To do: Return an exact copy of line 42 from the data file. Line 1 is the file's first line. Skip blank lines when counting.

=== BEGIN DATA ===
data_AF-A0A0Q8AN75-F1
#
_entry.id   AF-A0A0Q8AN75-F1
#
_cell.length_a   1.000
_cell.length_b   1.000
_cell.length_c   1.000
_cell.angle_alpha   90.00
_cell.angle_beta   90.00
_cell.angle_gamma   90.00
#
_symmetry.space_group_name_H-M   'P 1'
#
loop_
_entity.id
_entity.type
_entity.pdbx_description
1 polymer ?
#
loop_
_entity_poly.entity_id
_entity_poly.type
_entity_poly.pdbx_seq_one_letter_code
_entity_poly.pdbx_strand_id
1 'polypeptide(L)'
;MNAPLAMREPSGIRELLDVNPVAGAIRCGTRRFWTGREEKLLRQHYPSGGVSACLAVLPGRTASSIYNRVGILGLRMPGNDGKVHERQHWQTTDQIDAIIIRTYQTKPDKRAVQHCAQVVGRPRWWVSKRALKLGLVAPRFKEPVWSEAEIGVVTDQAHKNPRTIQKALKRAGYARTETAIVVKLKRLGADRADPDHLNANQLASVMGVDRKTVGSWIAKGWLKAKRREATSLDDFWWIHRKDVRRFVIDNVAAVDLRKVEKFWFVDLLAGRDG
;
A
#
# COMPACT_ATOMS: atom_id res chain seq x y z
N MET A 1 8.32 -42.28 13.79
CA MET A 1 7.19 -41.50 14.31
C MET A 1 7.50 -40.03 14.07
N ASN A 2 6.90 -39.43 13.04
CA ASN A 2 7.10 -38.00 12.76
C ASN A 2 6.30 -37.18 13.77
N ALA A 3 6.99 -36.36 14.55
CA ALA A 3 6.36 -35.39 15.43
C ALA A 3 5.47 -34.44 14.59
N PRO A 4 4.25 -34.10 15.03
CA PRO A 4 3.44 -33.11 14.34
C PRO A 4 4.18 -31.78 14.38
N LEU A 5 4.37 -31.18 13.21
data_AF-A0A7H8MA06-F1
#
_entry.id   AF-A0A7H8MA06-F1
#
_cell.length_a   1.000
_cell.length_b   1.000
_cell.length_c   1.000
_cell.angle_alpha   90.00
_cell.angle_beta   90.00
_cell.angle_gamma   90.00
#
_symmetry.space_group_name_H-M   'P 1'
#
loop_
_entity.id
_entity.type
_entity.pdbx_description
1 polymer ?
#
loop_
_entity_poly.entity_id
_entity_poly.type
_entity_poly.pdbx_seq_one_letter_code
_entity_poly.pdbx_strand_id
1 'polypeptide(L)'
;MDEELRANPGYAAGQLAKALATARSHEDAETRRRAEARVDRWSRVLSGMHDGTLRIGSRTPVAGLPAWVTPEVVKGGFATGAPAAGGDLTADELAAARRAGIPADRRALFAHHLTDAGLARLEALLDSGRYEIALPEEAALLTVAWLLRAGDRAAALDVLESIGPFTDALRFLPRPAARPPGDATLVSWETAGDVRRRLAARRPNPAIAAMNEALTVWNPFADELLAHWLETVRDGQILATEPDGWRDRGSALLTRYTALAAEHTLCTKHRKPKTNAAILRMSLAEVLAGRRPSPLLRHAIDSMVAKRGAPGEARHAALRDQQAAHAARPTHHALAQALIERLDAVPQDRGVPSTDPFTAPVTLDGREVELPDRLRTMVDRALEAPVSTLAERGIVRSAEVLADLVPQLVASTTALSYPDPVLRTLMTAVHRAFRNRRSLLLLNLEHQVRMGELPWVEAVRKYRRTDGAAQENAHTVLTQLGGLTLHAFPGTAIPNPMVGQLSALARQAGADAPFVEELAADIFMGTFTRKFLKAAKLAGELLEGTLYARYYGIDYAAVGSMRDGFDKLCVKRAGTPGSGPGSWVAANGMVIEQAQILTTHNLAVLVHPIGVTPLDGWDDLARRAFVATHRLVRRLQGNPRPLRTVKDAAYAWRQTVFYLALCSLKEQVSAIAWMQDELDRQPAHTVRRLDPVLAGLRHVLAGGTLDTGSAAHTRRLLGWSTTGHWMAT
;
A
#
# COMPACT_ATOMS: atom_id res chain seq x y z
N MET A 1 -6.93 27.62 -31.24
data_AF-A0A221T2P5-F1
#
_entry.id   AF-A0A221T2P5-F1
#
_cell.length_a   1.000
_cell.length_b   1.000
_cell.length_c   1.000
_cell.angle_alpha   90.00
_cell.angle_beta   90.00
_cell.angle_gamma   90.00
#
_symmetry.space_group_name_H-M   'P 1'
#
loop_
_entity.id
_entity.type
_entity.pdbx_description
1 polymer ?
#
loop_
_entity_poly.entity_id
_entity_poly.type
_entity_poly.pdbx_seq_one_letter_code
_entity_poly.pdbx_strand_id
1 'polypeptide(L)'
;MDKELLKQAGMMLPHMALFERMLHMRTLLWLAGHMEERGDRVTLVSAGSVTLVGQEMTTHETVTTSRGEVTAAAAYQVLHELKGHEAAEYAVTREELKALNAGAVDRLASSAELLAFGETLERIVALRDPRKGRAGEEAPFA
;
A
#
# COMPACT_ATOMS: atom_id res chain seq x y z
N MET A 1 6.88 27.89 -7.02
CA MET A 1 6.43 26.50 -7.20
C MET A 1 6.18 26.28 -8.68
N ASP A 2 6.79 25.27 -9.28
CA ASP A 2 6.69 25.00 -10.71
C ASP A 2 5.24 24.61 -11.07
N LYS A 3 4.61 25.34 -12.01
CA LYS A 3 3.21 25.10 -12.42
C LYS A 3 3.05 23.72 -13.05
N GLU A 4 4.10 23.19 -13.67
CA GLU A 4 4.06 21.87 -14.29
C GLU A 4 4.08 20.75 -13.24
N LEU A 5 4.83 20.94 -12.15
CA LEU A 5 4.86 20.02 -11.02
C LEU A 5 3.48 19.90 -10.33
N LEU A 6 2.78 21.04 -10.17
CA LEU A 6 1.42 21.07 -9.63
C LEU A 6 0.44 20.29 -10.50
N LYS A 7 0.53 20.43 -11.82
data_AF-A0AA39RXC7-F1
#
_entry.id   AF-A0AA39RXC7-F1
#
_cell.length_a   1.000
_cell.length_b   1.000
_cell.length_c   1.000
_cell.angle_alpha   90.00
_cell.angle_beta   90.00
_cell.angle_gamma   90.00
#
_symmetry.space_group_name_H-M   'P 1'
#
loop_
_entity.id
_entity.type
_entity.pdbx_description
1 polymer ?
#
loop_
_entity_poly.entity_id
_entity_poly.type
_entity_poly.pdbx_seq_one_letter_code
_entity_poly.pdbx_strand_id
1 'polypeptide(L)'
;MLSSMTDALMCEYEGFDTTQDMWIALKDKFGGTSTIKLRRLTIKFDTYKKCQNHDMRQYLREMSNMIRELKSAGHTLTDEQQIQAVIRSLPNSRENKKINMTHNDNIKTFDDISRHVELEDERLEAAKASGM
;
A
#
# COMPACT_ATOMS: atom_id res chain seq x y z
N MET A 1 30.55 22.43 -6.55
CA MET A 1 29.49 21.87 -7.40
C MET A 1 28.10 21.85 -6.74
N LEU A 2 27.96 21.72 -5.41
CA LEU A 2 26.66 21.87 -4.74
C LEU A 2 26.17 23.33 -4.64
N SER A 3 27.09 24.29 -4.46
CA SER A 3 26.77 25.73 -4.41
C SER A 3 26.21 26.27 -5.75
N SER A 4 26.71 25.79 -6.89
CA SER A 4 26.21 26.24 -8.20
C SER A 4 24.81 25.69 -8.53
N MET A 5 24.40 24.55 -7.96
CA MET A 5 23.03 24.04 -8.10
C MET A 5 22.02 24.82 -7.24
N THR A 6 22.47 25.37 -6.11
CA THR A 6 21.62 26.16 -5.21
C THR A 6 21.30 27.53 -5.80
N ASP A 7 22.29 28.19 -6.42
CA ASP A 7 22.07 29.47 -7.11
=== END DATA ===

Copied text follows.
C PRO A 4 4.18 -31.78 14.38